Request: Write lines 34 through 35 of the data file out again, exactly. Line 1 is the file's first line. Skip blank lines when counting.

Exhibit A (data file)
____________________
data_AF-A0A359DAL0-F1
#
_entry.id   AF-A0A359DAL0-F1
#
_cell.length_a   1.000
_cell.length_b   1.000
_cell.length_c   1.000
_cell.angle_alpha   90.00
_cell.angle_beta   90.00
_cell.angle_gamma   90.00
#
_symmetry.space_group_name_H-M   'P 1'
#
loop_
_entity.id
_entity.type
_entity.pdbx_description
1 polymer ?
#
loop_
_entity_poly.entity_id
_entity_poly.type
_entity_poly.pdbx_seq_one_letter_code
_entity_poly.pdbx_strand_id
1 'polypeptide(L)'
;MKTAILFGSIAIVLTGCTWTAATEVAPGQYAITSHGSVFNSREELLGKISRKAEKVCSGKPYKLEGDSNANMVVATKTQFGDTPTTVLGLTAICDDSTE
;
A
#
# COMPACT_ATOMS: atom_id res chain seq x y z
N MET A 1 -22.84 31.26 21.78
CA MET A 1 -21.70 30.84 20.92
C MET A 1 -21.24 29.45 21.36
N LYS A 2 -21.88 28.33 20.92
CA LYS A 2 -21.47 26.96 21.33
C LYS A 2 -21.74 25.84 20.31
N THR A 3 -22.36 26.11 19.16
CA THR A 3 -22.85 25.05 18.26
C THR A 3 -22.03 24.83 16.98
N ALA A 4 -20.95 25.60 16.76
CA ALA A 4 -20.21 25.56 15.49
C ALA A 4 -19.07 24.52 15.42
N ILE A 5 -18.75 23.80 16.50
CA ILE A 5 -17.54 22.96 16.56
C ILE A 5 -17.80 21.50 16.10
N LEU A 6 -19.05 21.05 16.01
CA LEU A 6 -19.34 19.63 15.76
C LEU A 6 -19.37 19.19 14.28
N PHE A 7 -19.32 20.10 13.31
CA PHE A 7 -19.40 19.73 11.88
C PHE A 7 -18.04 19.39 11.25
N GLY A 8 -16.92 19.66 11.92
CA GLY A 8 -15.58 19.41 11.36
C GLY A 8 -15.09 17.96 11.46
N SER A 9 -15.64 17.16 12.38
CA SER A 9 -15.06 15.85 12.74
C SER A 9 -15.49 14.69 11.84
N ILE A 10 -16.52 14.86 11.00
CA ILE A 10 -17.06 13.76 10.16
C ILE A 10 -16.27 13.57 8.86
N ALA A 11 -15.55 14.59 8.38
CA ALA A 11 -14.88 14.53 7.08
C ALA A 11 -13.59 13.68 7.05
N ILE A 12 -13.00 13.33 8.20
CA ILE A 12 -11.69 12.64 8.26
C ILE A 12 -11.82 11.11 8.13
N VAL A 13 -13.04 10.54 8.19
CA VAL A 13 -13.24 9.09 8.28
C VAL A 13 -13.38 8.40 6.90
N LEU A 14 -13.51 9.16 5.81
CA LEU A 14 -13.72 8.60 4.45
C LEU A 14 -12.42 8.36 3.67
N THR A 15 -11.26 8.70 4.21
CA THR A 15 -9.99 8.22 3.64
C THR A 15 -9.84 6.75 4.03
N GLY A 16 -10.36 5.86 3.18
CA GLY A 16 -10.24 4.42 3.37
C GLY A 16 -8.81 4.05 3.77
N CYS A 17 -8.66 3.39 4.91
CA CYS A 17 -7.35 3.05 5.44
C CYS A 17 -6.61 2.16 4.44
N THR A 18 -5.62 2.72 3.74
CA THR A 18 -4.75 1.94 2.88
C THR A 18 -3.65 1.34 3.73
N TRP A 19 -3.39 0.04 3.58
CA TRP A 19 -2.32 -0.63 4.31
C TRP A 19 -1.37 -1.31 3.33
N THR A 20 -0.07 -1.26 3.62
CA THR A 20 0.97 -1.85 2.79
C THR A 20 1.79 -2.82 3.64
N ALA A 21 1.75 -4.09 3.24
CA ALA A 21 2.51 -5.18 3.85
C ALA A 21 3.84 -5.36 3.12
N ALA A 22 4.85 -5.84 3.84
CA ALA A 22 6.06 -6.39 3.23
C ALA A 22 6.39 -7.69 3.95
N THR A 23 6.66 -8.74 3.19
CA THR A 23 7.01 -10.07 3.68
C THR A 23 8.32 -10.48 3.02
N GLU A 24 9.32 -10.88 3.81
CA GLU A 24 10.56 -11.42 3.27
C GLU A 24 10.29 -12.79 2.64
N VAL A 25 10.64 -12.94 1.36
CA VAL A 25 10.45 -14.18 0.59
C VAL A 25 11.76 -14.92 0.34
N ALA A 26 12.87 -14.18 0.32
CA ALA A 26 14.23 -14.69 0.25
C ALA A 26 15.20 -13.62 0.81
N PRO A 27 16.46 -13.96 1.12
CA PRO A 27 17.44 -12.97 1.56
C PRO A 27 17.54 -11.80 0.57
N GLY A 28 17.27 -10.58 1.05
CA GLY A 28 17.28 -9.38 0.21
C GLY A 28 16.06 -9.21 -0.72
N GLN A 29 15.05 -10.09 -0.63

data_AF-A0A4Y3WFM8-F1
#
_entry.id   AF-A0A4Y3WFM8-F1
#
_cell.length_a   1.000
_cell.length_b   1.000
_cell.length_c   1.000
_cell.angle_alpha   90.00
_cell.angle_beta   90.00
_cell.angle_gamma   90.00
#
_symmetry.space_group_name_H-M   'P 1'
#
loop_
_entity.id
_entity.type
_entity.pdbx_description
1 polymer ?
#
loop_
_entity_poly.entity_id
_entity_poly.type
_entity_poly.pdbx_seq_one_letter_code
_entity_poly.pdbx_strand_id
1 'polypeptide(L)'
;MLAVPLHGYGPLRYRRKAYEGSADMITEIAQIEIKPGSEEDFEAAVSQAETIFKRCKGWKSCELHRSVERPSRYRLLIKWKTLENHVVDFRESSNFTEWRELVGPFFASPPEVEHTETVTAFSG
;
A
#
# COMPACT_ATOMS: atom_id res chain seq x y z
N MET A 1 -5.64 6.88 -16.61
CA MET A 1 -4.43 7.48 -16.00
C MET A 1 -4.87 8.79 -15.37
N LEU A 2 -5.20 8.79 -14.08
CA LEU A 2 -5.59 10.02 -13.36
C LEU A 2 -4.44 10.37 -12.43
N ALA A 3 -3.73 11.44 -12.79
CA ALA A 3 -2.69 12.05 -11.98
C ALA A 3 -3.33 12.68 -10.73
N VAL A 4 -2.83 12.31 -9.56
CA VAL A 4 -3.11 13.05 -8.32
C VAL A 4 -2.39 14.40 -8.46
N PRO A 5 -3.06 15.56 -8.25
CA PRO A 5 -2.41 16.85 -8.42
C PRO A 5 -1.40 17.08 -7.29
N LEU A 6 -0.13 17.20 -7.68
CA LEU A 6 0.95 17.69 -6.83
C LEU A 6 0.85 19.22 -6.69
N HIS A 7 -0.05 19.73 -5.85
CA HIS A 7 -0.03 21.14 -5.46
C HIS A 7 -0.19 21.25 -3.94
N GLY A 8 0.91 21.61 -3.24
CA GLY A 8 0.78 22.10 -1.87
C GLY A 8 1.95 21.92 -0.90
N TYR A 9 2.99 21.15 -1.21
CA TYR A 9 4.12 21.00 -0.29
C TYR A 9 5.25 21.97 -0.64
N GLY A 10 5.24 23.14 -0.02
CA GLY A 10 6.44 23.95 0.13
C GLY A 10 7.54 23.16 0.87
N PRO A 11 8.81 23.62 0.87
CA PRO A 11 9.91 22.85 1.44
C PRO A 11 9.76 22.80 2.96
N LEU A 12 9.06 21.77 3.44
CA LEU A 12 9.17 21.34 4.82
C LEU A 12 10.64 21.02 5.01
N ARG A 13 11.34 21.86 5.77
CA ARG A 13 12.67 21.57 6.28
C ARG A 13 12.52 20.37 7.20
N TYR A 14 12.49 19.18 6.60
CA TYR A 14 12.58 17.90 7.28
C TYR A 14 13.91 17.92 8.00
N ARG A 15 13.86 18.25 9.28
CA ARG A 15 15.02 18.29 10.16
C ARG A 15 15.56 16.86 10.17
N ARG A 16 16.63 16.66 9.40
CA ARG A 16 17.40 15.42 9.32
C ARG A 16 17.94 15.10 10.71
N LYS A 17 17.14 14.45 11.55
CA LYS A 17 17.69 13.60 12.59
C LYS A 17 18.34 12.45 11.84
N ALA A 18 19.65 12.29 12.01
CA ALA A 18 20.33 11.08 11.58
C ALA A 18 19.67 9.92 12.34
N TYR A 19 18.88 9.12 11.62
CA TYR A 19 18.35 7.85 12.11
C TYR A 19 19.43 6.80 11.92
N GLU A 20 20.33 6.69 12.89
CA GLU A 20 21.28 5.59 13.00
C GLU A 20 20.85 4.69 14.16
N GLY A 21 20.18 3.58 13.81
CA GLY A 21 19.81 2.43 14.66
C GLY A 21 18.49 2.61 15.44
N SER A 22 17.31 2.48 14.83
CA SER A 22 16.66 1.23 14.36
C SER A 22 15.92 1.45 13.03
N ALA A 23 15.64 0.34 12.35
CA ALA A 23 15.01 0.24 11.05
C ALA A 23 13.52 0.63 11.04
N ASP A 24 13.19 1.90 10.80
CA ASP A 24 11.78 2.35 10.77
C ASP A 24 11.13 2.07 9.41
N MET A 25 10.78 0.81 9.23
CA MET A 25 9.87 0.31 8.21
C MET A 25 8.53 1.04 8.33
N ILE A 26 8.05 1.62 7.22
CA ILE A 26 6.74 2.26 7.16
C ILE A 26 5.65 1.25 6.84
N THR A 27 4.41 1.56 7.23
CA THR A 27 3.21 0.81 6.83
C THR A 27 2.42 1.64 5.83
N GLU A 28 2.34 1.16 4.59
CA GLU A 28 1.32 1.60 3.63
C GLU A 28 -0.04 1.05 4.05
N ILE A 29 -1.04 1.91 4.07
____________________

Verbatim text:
N LYS A 2 -21.88 28.33 20.92
CA LYS A 2 -21.47 26.96 21.33